Fly away home
No, someone else's home
Someone else's home!
The late season warm spell caused a second "swarm". We had *one* window not tight enough to keep them at bay. Looks like a Ladybug version of an Eli Roth horror movie. I win! (Does that make me the bad guy from "Saw"?)
(Reference to a UK-US-Canada etc rhyme: Ladybug Ladybug, fly away home... In the US they add, "for your house is afire and your children are gone/alone". No, it doesn't make them go away, even if you blow on them as required by tradition.)
Today in 1793, th eLouvre in Paris opened to the public. It took the French Revolution to do it. The Louvre started life as a 12-century fortress built by French King Philip II, but as time passed, the city expanded and the building was useless for defense. By 1580, it had been trasnformed into athe primary residence of the French kings, and remained so until 1680 or so, when Louis XIV (The Sun King) moved to Versailles and left the Louvre to house the royal collection of goodies and oddities and such. French arts academes were based at the Louvre, but were "salons", e.g., elite discussion and education, until the French Revolution... at which point the French National Assembly declared the Louvre a public building to house public treasures of French history, and anything else that came along. The Louvre is most noted by some for the weird-ass glass pyramid annex built onto it in th elate 20th century. If you want architectural discontinuity between the old 12-century fortress foundations (you can visit them in the basement, IIRC) or the Renaissance splendor up top, and a glass WTF, the Louvre is your place!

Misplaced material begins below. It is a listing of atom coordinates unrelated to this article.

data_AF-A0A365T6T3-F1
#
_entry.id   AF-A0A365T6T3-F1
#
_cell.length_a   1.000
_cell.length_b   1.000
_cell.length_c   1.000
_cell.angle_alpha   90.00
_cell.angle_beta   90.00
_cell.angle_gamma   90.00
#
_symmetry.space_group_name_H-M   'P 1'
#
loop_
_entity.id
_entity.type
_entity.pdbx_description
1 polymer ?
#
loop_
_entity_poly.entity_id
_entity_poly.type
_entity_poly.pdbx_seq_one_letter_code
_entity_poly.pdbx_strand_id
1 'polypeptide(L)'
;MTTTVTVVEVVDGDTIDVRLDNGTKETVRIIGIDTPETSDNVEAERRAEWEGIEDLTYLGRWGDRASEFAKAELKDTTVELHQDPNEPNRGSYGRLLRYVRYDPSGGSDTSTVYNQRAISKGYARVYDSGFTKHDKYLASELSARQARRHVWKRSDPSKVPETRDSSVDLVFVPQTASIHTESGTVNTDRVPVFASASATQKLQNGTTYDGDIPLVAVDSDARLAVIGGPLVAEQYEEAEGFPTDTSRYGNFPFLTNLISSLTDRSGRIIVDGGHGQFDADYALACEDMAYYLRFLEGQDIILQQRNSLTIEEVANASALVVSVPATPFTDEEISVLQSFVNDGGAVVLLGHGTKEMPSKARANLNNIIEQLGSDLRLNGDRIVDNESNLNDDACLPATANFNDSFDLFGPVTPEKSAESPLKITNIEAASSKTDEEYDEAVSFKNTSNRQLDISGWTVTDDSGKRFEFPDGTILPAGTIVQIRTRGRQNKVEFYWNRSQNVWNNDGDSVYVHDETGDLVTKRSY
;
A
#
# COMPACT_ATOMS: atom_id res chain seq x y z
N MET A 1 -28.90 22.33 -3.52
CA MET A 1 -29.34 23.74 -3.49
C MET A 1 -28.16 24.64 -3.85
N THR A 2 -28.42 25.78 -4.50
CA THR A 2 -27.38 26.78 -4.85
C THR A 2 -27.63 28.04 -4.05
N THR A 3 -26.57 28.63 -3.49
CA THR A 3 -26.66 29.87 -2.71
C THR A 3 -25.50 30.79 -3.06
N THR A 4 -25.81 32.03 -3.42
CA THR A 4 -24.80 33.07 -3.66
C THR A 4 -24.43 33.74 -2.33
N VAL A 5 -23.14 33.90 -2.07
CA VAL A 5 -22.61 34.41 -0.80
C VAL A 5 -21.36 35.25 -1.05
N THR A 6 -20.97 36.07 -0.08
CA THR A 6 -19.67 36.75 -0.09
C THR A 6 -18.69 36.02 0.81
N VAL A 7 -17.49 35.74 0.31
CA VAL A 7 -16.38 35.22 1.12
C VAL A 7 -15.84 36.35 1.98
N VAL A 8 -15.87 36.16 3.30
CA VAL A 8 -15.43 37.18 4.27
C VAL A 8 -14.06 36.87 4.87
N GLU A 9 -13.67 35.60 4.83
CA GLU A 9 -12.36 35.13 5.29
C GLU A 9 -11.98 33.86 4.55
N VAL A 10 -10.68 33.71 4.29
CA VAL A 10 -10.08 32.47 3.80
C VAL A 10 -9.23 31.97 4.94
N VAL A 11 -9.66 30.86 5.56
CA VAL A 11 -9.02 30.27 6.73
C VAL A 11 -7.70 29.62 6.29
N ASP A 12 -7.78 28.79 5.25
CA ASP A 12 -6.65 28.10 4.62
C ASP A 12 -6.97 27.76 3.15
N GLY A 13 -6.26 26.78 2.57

Here's a pic. Splendor! Grandeur! A greenhouse...? https://en.wikipedia.org/wiki/Louvre#/media/File:Paris_July_2011-27a.jpg
In 1895, William Roentgen was exploring electricity and ended up taking the first X-ray pictures. A roentgen is still used osmetimes as a unit for measuring X-ray and/or gamma ray exposure. It's been largely replaced, in common use, b/c while it measures ionization, it's useless for calculating absorption and other factors, so the "gray" or "rad" i sused. The "gray" is the standard scientific measure across the international scientific communities, and has been since I think 1950-something (I'm gonna say 1953, b/c that's when radiation was getting big attention). The sievert is also used, specifically for biological effects of radiation, such as when you walk into a chamber at Chernobyl or Fukushima nuclear plants and they say you got "X millisieverts". The ionizing radiation "dose" is measured by the gray (Gy in shorthand) and then converted to the sievert (Sv). Short version? The gray is the radiation absorbed, the sievert is the biological effect "measure", and there's gobbledygook in there as well, obviously, but you don't want high numbers in either case. Really don't. To give you an idea? Fukushima in 2011 was putting off about 400 Sv an hour. Chernobyl workers who died within a month hit about 6000 Sv dose. If you die within days, hours, weeks, you've topped 10,000 Sv.
X-rays and CTs for medical purposes are measured in milli-sieverts.... that is, thousandths of a sievert. Tiny doses, in other words. Tinier dnow than ever, as the've refined technology to help get more info for less radiation exposure.
How did I get from Ladybugs to X-=rays? Don't ask.
Blessed day to all, and prayers continue for us all.
Good morning.Well, 4 AM and the Fibro train came early. It's settled into my uper back and arms this week. That'll teach me to... uh... exist? Of course, it's August. Stress is high, blah blah blah.***We've all heard the phrase "Good intentions pave the road to hell".Well, mahybe not hell, but certainly potentially a heck fo a lawsuit.In 2006, to promote the *then*-latest Mission Impossible film,...
Hey all, Lately this is big problem I am having. It is making things very difficult and I was wondering if any one had it or had advice on how to chill it down or work around it? Thanks in advance :)